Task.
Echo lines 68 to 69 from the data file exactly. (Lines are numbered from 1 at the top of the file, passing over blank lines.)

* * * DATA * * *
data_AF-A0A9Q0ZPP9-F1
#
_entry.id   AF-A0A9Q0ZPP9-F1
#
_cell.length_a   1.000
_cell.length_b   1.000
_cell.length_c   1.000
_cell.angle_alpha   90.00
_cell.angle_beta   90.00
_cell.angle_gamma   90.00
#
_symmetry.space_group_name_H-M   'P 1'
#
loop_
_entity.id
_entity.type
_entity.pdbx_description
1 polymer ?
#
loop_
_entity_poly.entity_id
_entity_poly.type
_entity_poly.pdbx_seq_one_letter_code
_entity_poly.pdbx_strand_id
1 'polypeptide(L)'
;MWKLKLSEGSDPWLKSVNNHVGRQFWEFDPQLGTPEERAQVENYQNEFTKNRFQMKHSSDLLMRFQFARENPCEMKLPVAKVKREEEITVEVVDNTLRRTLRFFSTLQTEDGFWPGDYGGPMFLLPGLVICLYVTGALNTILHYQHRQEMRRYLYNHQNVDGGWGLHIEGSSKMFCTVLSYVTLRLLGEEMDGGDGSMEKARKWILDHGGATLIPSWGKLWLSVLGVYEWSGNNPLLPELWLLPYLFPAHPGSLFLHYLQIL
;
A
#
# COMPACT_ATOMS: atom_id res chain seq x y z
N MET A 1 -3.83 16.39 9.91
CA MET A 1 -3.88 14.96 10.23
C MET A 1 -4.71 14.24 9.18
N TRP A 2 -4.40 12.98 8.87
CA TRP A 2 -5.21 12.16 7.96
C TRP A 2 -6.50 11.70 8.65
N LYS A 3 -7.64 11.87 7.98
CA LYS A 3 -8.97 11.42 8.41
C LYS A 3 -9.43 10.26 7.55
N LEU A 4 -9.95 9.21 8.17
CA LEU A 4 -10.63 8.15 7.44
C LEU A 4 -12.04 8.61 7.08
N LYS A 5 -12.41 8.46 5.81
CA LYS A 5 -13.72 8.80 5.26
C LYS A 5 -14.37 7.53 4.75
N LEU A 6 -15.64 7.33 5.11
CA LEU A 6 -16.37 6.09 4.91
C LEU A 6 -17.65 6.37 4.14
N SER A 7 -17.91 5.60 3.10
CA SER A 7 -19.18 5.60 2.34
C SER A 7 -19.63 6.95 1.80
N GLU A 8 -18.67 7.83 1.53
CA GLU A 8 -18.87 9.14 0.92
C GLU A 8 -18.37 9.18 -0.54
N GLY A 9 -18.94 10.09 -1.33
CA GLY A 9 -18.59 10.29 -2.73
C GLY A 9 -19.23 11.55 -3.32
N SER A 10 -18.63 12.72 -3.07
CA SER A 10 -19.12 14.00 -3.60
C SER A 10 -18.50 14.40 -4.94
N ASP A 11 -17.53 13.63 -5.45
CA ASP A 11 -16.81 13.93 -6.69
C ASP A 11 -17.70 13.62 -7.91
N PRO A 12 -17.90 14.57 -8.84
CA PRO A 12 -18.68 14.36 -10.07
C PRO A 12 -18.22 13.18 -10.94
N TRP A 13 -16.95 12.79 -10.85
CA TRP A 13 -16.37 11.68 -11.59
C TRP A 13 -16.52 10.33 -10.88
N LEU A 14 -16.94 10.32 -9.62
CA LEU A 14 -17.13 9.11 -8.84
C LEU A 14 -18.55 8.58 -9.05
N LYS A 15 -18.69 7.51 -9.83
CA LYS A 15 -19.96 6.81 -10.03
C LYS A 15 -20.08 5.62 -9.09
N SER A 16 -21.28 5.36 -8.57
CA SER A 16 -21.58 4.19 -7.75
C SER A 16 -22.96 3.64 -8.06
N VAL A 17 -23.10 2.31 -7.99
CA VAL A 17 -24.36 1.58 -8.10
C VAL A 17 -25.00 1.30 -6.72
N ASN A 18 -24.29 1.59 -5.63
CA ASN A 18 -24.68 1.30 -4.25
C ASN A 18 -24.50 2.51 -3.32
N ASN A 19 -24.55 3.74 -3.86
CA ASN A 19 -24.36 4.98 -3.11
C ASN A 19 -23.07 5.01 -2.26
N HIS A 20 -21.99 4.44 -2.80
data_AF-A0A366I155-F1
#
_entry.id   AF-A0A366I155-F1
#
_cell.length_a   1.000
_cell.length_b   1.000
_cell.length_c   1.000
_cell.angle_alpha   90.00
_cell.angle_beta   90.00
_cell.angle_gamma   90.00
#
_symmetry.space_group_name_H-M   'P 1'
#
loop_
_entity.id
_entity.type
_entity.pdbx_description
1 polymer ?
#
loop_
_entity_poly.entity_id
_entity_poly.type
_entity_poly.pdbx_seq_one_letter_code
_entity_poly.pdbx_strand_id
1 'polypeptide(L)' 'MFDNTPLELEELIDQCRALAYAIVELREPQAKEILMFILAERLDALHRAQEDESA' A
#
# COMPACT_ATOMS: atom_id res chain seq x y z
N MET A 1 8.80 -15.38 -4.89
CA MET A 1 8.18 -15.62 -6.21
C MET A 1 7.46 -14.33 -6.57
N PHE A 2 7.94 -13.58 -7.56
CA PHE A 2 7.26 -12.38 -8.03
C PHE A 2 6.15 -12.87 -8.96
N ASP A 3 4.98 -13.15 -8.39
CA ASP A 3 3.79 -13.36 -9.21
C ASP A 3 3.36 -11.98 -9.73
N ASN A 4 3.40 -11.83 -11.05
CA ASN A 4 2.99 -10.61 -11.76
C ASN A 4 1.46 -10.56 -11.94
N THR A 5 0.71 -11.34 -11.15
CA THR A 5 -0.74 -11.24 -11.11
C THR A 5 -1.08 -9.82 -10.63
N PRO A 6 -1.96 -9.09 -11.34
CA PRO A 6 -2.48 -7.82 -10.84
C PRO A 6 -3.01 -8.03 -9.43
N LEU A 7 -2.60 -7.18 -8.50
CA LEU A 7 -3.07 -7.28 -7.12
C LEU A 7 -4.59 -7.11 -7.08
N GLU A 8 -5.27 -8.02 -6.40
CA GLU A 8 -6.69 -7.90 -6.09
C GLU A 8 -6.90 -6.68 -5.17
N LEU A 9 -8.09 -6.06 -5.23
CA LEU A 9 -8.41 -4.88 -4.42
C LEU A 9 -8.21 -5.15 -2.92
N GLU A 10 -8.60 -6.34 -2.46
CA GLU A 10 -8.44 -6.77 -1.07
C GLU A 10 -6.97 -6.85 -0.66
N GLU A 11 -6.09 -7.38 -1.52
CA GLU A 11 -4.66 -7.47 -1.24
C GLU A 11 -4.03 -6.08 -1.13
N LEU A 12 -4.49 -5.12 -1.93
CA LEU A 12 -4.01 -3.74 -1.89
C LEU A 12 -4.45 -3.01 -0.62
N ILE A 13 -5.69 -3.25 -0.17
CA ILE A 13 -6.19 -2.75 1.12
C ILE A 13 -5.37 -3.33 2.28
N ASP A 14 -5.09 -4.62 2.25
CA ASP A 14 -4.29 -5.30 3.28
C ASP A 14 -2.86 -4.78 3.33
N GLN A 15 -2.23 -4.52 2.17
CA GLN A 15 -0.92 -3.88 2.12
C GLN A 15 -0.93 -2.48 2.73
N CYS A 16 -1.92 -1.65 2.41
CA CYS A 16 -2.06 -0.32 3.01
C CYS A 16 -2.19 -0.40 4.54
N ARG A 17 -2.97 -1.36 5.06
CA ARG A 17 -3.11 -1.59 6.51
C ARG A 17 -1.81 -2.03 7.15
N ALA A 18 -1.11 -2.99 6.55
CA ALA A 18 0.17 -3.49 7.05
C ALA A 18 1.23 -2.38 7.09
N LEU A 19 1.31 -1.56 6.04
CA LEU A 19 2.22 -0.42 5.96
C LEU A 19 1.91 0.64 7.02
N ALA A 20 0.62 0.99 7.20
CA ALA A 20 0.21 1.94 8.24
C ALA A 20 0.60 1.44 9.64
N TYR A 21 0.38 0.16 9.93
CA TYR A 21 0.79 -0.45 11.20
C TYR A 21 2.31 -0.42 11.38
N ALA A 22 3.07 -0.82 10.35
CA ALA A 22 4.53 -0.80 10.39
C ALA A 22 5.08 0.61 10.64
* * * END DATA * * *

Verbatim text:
CA TRP A 13 -16.37 11.68 -11.59
C TRP A 13 -16.52 10.33 -10.88